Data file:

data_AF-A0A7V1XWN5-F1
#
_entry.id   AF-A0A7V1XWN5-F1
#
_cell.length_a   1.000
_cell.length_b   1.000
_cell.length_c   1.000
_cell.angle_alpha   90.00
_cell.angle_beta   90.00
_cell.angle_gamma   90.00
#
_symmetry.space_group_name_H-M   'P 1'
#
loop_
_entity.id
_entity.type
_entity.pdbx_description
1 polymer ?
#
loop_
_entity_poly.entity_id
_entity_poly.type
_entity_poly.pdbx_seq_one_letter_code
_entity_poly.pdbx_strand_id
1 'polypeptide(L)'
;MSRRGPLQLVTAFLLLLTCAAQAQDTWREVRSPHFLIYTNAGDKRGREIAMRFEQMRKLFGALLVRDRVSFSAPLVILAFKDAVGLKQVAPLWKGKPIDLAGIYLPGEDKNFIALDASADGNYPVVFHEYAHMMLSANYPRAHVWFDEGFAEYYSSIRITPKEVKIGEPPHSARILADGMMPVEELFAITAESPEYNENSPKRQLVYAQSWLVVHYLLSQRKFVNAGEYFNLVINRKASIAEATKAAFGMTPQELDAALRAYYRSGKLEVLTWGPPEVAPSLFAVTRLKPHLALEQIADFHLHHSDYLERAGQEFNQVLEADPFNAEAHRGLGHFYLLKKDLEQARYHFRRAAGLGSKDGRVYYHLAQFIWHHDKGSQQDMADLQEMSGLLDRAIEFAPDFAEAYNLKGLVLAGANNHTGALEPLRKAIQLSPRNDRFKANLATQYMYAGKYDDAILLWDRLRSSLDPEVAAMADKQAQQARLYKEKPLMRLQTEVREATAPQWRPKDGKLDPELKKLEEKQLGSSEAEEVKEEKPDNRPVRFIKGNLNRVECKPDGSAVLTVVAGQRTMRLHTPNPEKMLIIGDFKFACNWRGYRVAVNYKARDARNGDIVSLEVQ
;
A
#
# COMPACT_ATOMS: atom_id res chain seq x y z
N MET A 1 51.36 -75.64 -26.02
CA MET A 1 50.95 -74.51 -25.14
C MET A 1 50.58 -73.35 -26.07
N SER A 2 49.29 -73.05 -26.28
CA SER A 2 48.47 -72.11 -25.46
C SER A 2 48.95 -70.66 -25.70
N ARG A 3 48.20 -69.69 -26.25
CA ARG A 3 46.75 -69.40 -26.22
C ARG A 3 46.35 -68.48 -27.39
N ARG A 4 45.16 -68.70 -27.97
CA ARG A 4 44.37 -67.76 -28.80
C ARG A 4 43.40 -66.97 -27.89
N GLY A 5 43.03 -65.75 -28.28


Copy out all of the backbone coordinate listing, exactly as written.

data_AF-A0A7V1XWN5-F1
#
_entry.id   AF-A0A7V1XWN5-F1
#
_cell.length_a   1.000
_cell.length_b   1.000
_cell.length_c   1.000
_cell.angle_alpha   90.00
_cell.angle_beta   90.00
_cell.angle_gamma   90.00
#
_symmetry.space_group_name_H-M   'P 1'
#
loop_
_entity.id
_entity.type
_entity.pdbx_description
1 polymer ?
#
loop_
_entity_poly.entity_id
_entity_poly.type
_entity_poly.pdbx_seq_one_letter_code
_entity_poly.pdbx_strand_id
1 'polypeptide(L)'
;MSRRGPLQLVTAFLLLLTCAAQAQDTWREVRSPHFLIYTNAGDKRGREIAMRFEQMRKLFGALLVRDRVSFSAPLVILAFKDAVGLKQVAPLWKGKPIDLAGIYLPGEDKNFIALDASADGNYPVVFHEYAHMMLSANYPRAHVWFDEGFAEYYSSIRITPKEVKIGEPPHSARILADGMMPVEELFAITAESPEYNENSPKRQLVYAQSWLVVHYLLSQRKFVNAGEYFNLVINRKASIAEATKAAFGMTPQELDAALRAYYRSGKLEVLTWGPPEVAPSLFAVTRLKPHLALEQIADFHLHHSDYLERAGQEFNQVLEADPFNAEAHRGLGHFYLLKKDLEQARYHFRRAAGLGSKDGRVYYHLAQFIWHHDKGSQQDMADLQEMSGLLDRAIEFAPDFAEAYNLKGLVLAGANNHTGALEPLRKAIQLSPRNDRFKANLATQYMYAGKYDDAILLWDRLRSSLDPEVAAMADKQAQQARLYKEKPLMRLQTEVREATAPQWRPKDGKLDPELKKLEEKQLGSSEAEEVKEEKPDNRPVRFIKGNLNRVECKPDGSAVLTVVAGQRTMRLHTPNPEKMLIIGDFKFACNWRGYRVAVNYKARDARNGDIVSLEVQ
;
A
#
# COMPACT_ATOMS: atom_id res chain seq x y z
N MET A 1 51.36 -75.64 -26.02
CA MET A 1 50.95 -74.51 -25.14
C MET A 1 50.58 -73.35 -26.07
N SER A 2 49.29 -73.05 -26.28
CA SER A 2 48.47 -72.11 -25.46
C SER A 2 48.95 -70.66 -25.70
N ARG A 3 48.20 -69.69 -26.25
CA ARG A 3 46.75 -69.40 -26.22
C ARG A 3 46.35 -68.48 -27.39
N ARG A 4 45.16 -68.70 -27.97
CA ARG A 4 44.37 -67.76 -28.80
C ARG A 4 43.40 -66.97 -27.89
N GLY A 5 43.03 -65.75 -28.28